The Order of 8 March 1941(3) (article 1) established that until new statutes were approved, colleges had to continue operating in accordance with the statutes passed by Order 22 December 1929 as to all the areas which had not been modified by other regulations or by the Order. The publication of the college bulletins was so ensured.

Item g in article 4 of the same Order established as the exclusive function of the General Council of the Official College of 'practicantes' the publication of a bulletin including scientific, professional and legal works of interest for 'practicantes'.

Later on, an Order dated 18 March 1942(4) (item j, article 5, Chapter 5) described the following college roles: promote and develop charity work, cultural activities, etc., that may be of interest to the Class* (this reminds us of previous regulations). Article 23 stated that the agreements reached by the colleges had to be published in the Official Bulletin of the Council if they contained references to general measures affecting the Class. This duty had been exclusively assigned to the General Council and was again reiterated by the Order dated 26 November 1945(5). In article 3, the function was established to be exclusive to the Council: the Council was to publish a bulletin including scientific, professional and legal works of interest to the Class, and to which all Spanish health auxiliaries registered with a college had to subscribe.

The Order of 21 June 1951(6) established the Statutes and Regulations of the Midwifery Colleges. Item 6 in article 6, Chapter I, describes all those scientific and cultural aims which would be found relevant. In the same regulation, Article 12 in Chapter II established that the secretary of the Managing Board of each college had to keep records of the midwives registered, which would be annually submitted to the college members, the provincial Health inspectors, the General Council, and the Directorate General for Health. The amendments ¾if any¾ were to be published in the Official Bulletin on a monthly basis. This communication organ was therefore used both as a registry and for tax purposes, and also as a way to circulate knowledge amongst the members.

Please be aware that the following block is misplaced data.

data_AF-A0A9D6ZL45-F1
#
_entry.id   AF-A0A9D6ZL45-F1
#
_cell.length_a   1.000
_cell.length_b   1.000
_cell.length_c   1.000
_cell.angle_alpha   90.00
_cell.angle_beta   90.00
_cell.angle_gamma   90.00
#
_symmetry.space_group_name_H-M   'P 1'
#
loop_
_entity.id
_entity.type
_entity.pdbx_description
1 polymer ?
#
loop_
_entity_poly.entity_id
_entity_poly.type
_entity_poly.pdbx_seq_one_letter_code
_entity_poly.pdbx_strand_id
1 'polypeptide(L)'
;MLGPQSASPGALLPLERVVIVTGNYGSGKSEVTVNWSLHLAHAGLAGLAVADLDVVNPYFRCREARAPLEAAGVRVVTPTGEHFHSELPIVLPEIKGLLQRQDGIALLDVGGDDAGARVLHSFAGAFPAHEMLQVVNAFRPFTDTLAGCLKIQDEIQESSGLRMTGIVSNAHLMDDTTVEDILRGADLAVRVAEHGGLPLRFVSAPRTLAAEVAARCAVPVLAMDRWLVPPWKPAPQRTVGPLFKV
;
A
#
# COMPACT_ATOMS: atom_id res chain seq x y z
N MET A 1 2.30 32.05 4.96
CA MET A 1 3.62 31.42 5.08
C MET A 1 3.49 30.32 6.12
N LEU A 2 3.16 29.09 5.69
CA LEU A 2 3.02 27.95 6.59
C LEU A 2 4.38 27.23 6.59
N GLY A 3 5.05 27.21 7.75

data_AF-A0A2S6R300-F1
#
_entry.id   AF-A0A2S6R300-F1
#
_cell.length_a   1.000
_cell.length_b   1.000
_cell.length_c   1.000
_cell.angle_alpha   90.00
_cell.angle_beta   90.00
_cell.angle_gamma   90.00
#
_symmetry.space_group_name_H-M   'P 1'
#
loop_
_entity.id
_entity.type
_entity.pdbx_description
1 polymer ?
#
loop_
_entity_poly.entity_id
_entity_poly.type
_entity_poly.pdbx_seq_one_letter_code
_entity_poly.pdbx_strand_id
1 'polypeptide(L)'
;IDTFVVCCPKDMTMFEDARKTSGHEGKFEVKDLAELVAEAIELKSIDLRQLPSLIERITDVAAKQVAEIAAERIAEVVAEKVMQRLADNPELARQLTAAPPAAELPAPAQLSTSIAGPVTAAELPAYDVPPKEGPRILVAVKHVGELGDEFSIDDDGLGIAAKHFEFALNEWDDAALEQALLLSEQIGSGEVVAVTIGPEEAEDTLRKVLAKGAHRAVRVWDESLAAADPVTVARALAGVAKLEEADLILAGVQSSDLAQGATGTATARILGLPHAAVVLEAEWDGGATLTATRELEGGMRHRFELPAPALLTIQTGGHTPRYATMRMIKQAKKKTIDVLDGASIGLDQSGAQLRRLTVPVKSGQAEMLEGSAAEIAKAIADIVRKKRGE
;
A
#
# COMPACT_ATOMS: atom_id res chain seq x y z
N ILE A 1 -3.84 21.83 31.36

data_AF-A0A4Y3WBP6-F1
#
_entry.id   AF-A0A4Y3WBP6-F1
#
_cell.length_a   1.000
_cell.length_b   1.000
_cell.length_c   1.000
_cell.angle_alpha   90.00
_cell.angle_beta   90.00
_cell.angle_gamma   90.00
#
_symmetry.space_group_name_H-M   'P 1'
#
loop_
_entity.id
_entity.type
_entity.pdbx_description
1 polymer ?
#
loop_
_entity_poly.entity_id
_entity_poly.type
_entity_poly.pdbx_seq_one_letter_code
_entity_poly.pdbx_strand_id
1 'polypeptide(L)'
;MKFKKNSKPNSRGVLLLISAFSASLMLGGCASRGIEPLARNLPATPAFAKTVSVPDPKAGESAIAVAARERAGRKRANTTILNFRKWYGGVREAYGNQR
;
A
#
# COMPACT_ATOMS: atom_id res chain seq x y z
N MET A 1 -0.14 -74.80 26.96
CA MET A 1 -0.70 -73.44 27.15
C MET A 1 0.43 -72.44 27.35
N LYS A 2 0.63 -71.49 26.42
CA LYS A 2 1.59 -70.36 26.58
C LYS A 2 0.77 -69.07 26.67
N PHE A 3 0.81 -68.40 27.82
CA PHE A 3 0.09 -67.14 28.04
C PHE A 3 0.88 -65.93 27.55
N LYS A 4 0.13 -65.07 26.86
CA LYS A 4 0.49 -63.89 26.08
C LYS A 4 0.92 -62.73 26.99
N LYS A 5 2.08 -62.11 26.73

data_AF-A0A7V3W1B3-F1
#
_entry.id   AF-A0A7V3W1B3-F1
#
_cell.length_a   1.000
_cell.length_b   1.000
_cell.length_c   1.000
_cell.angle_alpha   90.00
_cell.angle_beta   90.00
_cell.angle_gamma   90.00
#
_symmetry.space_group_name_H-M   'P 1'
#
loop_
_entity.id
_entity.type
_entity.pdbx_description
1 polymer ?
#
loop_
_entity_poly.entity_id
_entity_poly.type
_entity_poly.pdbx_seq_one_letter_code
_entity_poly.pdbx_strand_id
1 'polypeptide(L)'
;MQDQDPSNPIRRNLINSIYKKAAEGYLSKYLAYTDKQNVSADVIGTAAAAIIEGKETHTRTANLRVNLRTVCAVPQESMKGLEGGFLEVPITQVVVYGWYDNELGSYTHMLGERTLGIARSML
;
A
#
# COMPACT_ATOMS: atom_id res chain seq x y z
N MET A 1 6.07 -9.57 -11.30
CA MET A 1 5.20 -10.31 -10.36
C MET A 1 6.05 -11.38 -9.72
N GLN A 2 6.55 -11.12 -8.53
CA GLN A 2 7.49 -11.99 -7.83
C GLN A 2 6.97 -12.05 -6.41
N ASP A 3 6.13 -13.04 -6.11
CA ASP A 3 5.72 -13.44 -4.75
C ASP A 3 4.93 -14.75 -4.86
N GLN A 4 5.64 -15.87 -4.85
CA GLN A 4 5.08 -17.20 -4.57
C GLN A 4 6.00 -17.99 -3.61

Item h in article 6 of the Regulation of the National Council of Health Auxiliaries, developed by the Order of 29 March 1954(7), established a task which is exclusive to the National Council, that is, the publication of a Bulletin containing as many official news and reports of interest to the professionals. The Bulletin had to be distributed to all the college members. In addition to the bulletin, each of the sections ¾individually or in joint schemes with the other sections¾ could publish a journal with scientific, literary, and socio-professional contents, of interest to the group.

Item o, in the same article, states that ¾under the direction of the Health Authorities and the Medical Body¾ the study will promote initiatives for the improvement of public health and care techniques, and will stimulate personal efforts.

This norm also included an appendix with a Moral Code establishing certain moral duties for health auxiliaries (article 3): the professionals should be aware of their responsibilities, and always try to increase their knowledge, keeping up-to-date in science. Neither the appendix nor the regulation articles refer to independence from doctors; auxiliaries are encouraged to update their educational activities but not their research.

In 1973, the Spanish college organisation joined in the nursing code of the International Nursing Council(8). The section 'The nurse and the profession' reads: "nurses should actively contribute to the development of nursing knowledge". The only way to add to an active contribution and development is research. The observance of the code meant a quality change which would later bring in irreversible changes as to professional autonomy and research, as it implied the recognition of nursing research as something different from past activities, even in the opinion of the nurses themselves, something worth working on. This would eventually lead to deep transformation; the consideration of nursing by the patients changed dramatically, and the aspirations and demands also evolved in terms of autonomy. Changes are still occurring, especially as far as research is concerned.

In the college regulations, there is no further reference to the development of information means, bulletins, journals, etc., as from this moment the highly important college function of distribution of scientific, literary and socio-professional materials is taken for granted. Therefore, all those colleges that have funds available do publish journals or bulletins.

In the Deontological Code of Spanish Nursing(9) ¾published in 1989¾ we find two articles which represent a commitment to research and professional development; article 70 reads:

The nurse will be aware of the need to be up-to-date by means of staff development schemes and through the development of the knowledge on which his/her professional practice is founded,

and article 73 reads:

The nurse must try to research systematically in the field of his/her professional activity, aiming at improving the nursing care, discarding incorrect practices, and extending the scope of his/her knowledge.